How Pakistanis are using Facebook is a TechJuice exclusive. The aim is to show the world that Facebook, or any social media platform for that matter, isn’t just for connecting people and can be used in various positive ways.
Around five years back Rabya Faisal started a service that allowed people to get exclusive, homemade cakes. Redolence started as Rabya’s personal account which Facebook later converted to a Fan Page. Initially, Redolence catered to a niche market. In fact, their first logo was, “We are not for everyone.”, a little extreme but given the fact that home-baked goods hadn’t acquired the massive popularity that they enjoy nowadays, it was fair.
Pakistan Startup Report reveals that almost 14.4 Million Pakistanis use Facebook. That is a huge number and when you think of it from a business perspective, represents a huge market that startups and businesses alike can access without being hindered by geography. It is encouraging that in Pakistan, there are many people who are utilizing Facebook for a better purpose, for example, to earn their living via home operated bakeries. People like Rabya were the pioneers in this field.
Down the road, Rabya has learnt a lot. One of the pioneers in home-made cakes in Lahore, Redolence’s baking speaking for itself. Of course it doesn’t hurt that there are more than 30K supportive fans of the page who love to make their special occasions extra special by adding beautiful custom-made cakes from Redolence. Initially, however, it wasn’t so easy.
Creating a Facebook page and starting a business that relies on basic interaction between customers and sellers seems easy enough. However, in reality it comes with its own sets of problems.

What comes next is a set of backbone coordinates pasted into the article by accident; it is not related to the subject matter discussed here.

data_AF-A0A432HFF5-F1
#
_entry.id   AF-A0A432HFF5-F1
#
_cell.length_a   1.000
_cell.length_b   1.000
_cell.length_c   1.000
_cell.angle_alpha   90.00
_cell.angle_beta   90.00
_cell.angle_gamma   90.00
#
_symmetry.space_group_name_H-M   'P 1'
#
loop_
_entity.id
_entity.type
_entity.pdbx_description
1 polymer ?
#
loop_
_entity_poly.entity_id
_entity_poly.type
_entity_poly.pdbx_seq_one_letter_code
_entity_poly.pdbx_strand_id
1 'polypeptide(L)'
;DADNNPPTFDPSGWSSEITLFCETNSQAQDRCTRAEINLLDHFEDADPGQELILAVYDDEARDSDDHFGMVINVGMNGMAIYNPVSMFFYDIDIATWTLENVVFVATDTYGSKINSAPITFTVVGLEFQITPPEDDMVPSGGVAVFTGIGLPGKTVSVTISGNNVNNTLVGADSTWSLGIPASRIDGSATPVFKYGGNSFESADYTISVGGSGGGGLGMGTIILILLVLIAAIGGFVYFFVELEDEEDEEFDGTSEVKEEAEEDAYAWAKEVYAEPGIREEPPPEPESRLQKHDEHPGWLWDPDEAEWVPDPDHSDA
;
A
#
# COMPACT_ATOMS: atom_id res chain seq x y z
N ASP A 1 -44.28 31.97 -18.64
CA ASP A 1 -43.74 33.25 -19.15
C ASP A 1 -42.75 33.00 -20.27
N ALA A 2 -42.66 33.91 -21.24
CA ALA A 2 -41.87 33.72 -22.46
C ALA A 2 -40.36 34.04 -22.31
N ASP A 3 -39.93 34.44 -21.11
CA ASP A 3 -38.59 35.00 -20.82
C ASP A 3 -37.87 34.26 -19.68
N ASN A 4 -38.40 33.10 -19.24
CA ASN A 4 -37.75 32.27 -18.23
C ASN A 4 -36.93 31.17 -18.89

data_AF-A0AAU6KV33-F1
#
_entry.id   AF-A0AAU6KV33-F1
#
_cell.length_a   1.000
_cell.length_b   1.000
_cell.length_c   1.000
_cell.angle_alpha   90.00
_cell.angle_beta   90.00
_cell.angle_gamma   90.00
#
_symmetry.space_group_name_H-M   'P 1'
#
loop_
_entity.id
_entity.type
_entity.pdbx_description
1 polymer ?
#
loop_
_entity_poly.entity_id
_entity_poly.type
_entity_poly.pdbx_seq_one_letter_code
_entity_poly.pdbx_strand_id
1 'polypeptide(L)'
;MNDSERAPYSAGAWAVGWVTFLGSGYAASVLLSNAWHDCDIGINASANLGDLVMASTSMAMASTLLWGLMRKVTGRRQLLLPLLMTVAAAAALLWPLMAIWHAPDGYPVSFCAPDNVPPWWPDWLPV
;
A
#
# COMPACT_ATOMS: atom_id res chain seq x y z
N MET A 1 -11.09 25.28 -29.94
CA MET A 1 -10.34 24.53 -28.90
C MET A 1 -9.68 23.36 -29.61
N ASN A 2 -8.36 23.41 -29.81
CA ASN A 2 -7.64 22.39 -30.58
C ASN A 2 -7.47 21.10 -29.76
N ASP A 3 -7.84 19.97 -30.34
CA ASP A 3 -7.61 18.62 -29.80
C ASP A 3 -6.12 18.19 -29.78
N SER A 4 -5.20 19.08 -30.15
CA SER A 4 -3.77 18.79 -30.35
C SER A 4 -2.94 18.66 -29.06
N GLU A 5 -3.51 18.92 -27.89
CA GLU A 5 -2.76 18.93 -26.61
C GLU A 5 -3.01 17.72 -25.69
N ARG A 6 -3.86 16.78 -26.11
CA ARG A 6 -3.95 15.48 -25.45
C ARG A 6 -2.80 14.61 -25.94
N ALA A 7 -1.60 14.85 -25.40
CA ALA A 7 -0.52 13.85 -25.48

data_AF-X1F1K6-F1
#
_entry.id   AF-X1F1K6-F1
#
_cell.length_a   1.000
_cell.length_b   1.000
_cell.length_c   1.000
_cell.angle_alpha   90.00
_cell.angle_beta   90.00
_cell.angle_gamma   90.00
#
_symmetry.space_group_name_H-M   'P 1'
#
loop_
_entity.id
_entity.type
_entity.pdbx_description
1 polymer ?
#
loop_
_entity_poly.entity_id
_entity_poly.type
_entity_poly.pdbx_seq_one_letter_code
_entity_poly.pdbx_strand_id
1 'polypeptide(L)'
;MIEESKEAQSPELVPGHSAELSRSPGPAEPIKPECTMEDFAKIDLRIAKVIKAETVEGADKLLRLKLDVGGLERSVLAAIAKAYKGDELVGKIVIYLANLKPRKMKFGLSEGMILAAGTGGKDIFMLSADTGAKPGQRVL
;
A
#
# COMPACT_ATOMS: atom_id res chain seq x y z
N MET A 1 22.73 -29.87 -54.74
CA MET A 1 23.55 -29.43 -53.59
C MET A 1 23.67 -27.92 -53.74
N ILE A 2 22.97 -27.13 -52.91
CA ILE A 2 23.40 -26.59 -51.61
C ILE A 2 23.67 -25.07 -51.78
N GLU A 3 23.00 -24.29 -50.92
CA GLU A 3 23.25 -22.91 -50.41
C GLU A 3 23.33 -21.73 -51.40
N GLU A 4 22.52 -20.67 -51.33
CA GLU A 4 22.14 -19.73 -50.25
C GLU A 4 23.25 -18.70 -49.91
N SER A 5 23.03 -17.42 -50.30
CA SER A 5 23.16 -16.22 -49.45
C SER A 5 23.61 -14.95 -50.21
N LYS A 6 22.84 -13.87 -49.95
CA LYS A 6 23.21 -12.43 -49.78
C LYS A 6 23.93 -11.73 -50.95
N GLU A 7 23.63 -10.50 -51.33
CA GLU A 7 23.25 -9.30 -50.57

Rabya had to deal with the problem of unreliable clients.
“People would book their cakes and never show up. Initially we charged nothing in advance, now to safeguard our interests we charge 50-100% in advance.” – Rabya Faisal of Redolence
However despite the problems, Redolence has not only grown on Facebook but also frequently advertises with popular magazines like GT and Bridal Magazines. She is all set to take her business to the next level and will be opening a bakery soon.
Another venture is an online Cupcake shop, Mini Treats. Owned and run by Ali Nasir Mirza, a LUMS MBA, Mini Treats started as a small scale venture that initially sold to only friends and family. With the growth and popularity of Facebook, Mini Treats shifted to Facebook and was able to finally communicate with the masses and get distinct benefits of operating through Facebook, capturing niche clientele from the huge Pakistani Facebook market mentioned above.
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